Formosan Subterranean Termites Grow Larger Nests In Urban And Residential Areas Than They Do In The Wild


Formosan subterranean termites were first documented in Louisiana back in the 1960s, but their habitat was limited to uninhabited rural regions until the 1980s saw Formosans emerge in New Orleans. By the time the mid 1990s rolled around, Formosan subterranean termites had established colonies beneath sod, behind plaster and sheetrock, and even below paved urban areas. Residents of the Big Easy were well acquainted with termites by this time, but the destructive power of the Formosan subterranean termite was unlike anything that they ever could have imagined.

For the past 30 to 40 years, residents of New Orleans have had no choice but to tolerate the Formosan presence, as even today, colonies cannot be fully eradicated; instead, pest controllers can only control the insects by preventing their further spread into new inhabited regions. Effective Formosan termite control measures have only recently been developed, so the termites had more than enough time to spread to every inhabited region of Louisiana and beyond. Considering all this, entomologists and pest control professionals believe that Formosan termites are endowed with unique abilities that allow them to evade human control measures.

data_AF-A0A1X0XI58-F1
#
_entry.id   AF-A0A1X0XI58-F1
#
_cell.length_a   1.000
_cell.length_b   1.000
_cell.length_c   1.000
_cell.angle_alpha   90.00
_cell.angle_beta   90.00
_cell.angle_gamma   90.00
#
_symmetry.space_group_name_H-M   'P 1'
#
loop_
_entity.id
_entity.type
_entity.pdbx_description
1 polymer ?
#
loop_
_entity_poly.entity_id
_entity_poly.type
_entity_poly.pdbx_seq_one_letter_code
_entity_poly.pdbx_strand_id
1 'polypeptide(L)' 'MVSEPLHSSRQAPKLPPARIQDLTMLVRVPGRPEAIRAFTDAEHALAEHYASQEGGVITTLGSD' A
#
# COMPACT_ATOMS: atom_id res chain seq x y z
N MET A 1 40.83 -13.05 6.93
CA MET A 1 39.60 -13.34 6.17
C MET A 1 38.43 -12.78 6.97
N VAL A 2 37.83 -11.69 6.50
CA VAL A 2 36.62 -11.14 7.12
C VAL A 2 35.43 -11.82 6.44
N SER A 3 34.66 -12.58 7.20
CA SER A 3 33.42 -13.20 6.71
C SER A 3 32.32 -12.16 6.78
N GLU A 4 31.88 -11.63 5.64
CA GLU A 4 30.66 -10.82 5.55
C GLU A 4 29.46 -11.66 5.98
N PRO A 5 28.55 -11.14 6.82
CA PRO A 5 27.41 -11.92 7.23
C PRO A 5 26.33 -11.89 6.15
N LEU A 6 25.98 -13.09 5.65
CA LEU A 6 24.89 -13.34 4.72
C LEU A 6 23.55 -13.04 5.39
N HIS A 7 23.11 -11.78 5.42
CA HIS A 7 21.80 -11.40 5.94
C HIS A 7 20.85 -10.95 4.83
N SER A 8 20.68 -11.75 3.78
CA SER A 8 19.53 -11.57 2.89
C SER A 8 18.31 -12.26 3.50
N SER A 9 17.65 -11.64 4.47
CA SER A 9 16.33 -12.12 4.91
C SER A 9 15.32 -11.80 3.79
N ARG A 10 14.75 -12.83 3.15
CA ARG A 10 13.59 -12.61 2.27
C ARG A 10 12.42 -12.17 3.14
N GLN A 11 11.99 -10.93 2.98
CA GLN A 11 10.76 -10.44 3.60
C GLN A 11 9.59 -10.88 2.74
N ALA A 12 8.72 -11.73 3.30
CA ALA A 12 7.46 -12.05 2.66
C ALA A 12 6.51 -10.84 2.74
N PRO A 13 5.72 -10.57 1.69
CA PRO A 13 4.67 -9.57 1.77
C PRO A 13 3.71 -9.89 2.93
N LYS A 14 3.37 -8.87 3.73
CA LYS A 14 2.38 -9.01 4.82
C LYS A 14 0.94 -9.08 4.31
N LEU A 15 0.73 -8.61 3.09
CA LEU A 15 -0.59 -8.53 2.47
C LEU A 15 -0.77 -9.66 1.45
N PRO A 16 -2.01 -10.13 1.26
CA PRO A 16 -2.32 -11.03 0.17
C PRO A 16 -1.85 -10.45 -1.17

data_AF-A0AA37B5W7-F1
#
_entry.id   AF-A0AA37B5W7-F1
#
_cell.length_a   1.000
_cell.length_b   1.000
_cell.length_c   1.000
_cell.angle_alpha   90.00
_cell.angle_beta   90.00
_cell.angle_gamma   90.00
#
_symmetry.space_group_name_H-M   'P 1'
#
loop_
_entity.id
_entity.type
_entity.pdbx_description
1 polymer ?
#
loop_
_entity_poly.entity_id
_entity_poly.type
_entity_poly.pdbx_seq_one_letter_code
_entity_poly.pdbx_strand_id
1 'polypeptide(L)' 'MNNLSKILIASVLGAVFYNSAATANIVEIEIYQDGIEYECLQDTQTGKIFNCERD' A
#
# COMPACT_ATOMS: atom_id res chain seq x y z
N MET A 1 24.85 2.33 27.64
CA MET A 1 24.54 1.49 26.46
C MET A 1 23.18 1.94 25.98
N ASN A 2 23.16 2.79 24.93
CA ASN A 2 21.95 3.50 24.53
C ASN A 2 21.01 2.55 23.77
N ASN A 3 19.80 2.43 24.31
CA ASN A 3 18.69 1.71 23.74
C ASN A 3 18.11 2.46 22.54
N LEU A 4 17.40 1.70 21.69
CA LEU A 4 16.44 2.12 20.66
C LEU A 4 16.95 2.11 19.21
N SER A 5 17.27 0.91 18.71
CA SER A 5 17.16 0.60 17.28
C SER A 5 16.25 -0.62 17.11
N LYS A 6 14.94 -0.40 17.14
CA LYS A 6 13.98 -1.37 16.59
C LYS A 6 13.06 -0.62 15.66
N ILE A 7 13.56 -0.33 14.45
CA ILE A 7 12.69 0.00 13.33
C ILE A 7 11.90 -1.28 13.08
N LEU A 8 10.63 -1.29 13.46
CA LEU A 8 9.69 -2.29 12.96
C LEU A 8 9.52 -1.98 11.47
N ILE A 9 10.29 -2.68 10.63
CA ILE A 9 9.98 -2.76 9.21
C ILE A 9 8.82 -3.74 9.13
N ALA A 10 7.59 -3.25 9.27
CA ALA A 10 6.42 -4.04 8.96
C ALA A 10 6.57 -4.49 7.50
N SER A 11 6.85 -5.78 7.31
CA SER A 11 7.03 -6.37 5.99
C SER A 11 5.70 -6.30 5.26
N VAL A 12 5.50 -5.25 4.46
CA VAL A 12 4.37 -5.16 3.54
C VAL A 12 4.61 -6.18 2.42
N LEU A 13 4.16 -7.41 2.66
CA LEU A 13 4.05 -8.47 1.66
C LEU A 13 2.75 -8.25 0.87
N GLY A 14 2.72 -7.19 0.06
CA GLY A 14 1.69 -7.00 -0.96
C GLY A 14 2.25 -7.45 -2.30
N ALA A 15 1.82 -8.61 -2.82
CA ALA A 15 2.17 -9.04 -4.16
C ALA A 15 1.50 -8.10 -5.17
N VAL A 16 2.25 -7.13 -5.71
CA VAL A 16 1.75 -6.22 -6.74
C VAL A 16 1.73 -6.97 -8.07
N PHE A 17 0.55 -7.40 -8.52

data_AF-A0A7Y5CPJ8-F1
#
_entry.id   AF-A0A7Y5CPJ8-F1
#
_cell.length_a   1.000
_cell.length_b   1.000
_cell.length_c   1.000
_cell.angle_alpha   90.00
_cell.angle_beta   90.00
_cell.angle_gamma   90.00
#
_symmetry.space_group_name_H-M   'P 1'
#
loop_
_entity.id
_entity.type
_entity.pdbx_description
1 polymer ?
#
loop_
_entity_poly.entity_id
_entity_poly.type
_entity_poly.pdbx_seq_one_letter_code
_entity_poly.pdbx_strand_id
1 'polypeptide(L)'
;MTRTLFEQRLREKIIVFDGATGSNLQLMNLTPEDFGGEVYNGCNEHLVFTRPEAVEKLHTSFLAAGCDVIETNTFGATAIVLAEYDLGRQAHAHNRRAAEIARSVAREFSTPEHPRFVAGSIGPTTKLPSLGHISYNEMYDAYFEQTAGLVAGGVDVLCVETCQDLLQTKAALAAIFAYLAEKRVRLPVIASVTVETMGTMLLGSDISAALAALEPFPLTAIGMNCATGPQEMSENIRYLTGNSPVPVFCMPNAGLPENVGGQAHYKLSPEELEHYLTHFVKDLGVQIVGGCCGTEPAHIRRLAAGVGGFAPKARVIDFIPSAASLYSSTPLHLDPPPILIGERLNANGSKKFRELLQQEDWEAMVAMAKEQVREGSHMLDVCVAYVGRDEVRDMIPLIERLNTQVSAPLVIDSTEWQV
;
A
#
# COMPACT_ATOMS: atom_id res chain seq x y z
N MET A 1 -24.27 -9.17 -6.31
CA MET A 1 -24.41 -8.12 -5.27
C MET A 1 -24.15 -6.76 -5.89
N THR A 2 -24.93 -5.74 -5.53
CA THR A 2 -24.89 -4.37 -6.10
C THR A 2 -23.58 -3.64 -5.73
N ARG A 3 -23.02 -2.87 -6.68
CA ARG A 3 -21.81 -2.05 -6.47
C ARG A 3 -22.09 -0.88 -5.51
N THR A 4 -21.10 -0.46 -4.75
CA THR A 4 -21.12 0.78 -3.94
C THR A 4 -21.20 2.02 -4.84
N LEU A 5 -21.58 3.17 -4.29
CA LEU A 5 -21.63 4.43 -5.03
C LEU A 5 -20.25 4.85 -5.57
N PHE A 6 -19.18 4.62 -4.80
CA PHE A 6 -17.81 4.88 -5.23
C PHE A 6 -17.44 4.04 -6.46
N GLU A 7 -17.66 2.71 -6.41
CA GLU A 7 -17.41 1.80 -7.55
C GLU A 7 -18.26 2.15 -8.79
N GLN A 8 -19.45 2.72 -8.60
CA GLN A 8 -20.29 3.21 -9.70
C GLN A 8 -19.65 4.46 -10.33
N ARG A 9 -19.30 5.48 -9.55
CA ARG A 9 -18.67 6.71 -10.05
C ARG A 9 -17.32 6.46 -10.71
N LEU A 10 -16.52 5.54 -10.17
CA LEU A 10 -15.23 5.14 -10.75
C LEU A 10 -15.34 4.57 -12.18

According to Louisiana State University entomologist Gregg Henderson, Formosan subterranean termites have defeated nearly all pest control strategies devised to far. Luckily, the introduction of poison baits have proven effective at limiting Formosan subterranean termite colony growth and dispersal, but experts are still have a lot to learn about how these termites spread so rapidly from one area to another. One theory states that numerous Formosan subterranean termite colonies are interconnected over large areas of land like a “supercolony” that can collectively coordinate their movements into new areas.

Once humans abandoned their nomadic ways and established cities containing clusters of timber-framed structures, far more wood became available to Formosan termites. This allowed Formosan termite populations to reach unprecedented levels that would have been impossible in natural environments. The advent of cities also allowed Formosan termite nests to become significantly larger, and more interconnected. It is also true that Formosan swarmers (alates) are attracted to artificial lights, like street lights and porch lights, which also serves to increase their population size in urban and residential areas.

Have you ever lived on a property that contained one or several trees that had been infested with Formosan subterranean termites?


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